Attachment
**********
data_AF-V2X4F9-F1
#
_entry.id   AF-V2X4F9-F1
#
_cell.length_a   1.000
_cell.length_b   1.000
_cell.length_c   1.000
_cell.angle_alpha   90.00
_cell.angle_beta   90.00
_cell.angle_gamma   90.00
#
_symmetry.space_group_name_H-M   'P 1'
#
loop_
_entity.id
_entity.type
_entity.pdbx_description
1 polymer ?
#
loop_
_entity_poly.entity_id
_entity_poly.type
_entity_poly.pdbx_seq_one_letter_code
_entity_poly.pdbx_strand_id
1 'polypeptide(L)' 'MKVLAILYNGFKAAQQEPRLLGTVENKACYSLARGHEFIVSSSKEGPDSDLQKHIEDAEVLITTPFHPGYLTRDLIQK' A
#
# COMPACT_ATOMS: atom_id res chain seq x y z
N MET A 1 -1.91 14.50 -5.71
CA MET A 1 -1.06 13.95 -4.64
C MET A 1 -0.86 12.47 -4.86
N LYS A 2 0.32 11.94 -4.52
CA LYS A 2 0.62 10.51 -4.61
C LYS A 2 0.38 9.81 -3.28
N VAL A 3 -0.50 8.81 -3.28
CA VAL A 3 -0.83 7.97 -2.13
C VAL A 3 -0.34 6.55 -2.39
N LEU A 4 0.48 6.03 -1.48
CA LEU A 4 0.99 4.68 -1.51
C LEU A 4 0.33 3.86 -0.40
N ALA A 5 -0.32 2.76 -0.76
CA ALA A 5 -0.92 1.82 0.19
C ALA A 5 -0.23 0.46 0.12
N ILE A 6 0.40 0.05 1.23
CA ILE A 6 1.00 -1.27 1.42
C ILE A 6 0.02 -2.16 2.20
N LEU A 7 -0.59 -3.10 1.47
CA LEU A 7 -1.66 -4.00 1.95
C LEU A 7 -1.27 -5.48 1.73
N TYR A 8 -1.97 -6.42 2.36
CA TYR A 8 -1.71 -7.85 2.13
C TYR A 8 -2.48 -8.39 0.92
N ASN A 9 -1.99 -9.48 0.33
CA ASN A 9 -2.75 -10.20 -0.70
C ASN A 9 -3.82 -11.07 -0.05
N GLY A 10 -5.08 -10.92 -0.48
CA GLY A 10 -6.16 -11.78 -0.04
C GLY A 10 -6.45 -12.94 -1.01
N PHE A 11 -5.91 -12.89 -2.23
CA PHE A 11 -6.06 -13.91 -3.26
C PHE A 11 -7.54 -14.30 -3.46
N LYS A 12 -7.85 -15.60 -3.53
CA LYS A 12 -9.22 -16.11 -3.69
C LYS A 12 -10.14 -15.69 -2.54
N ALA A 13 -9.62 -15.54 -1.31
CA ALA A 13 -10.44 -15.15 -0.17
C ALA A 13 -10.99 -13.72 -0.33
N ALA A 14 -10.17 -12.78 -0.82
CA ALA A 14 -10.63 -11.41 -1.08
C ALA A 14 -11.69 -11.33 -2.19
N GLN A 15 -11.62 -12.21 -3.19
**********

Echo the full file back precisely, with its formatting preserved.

data_AF-V2X4F9-F1
#
_entry.id   AF-V2X4F9-F1
#
_cell.length_a   1.000
_cell.length_b   1.000
_cell.length_c   1.000
_cell.angle_alpha   90.00
_cell.angle_beta   90.00
_cell.angle_gamma   90.00
#
_symmetry.space_group_name_H-M   'P 1'
#
loop_
_entity.id
_entity.type
_entity.pdbx_description
1 polymer ?
#
loop_
_entity_poly.entity_id
_entity_poly.type
_entity_poly.pdbx_seq_one_letter_code
_entity_poly.pdbx_strand_id
1 'polypeptide(L)' 'MKVLAILYNGFKAAQQEPRLLGTVENKACYSLARGHEFIVSSSKEGPDSDLQKHIEDAEVLITTPFHPGYLTRDLIQK' A
#
# COMPACT_ATOMS: atom_id res chain seq x y z
N MET A 1 -1.91 14.50 -5.71
CA MET A 1 -1.06 13.95 -4.64
C MET A 1 -0.86 12.47 -4.86
N LYS A 2 0.32 11.94 -4.52
CA LYS A 2 0.62 10.51 -4.61
C LYS A 2 0.38 9.81 -3.28
N VAL A 3 -0.50 8.81 -3.28
CA VAL A 3 -0.83 7.97 -2.13
C VAL A 3 -0.34 6.55 -2.39
N LEU A 4 0.48 6.03 -1.48
CA LEU A 4 0.99 4.68 -1.51
C LEU A 4 0.33 3.86 -0.40
N ALA A 5 -0.32 2.76 -0.76
CA ALA A 5 -0.92 1.82 0.19
C ALA A 5 -0.23 0.46 0.12
N ILE A 6 0.40 0.05 1.23
CA ILE A 6 1.00 -1.27 1.42
C ILE A 6 0.02 -2.16 2.20
N LEU A 7 -0.59 -3.10 1.47
CA LEU A 7 -1.66 -4.00 1.95
C LEU A 7 -1.27 -5.48 1.73
N TYR A 8 -1.97 -6.42 2.36
CA TYR A 8 -1.71 -7.85 2.13
C TYR A 8 -2.48 -8.39 0.92
N ASN A 9 -1.99 -9.48 0.33
CA ASN A 9 -2.75 -10.20 -0.70
C ASN A 9 -3.82 -11.07 -0.05
N GLY A 10 -5.08 -10.92 -0.48
CA GLY A 10 -6.16 -11.78 -0.04
C GLY A 10 -6.45 -12.94 -1.01
N PHE A 11 -5.91 -12.89 -2.23
CA PHE A 11 -6.06 -13.91 -3.26
C PHE A 11 -7.54 -14.30 -3.46
N LYS A 12 -7.85 -15.60 -3.53
CA LYS A 12 -9.22 -16.11 -3.69
C LYS A 12 -10.14 -15.69 -2.54
N ALA A 13 -9.62 -15.54 -1.31
CA ALA A 13 -10.44 -15.15 -0.17
C ALA A 13 -10.99 -13.72 -0.33
N ALA A 14 -10.17 -12.78 -0.82
CA ALA A 14 -10.63 -11.41 -1.08
C ALA A 14 -11.69 -11.33 -2.19
N GLN A 15 -11.62 -12.21 -3.19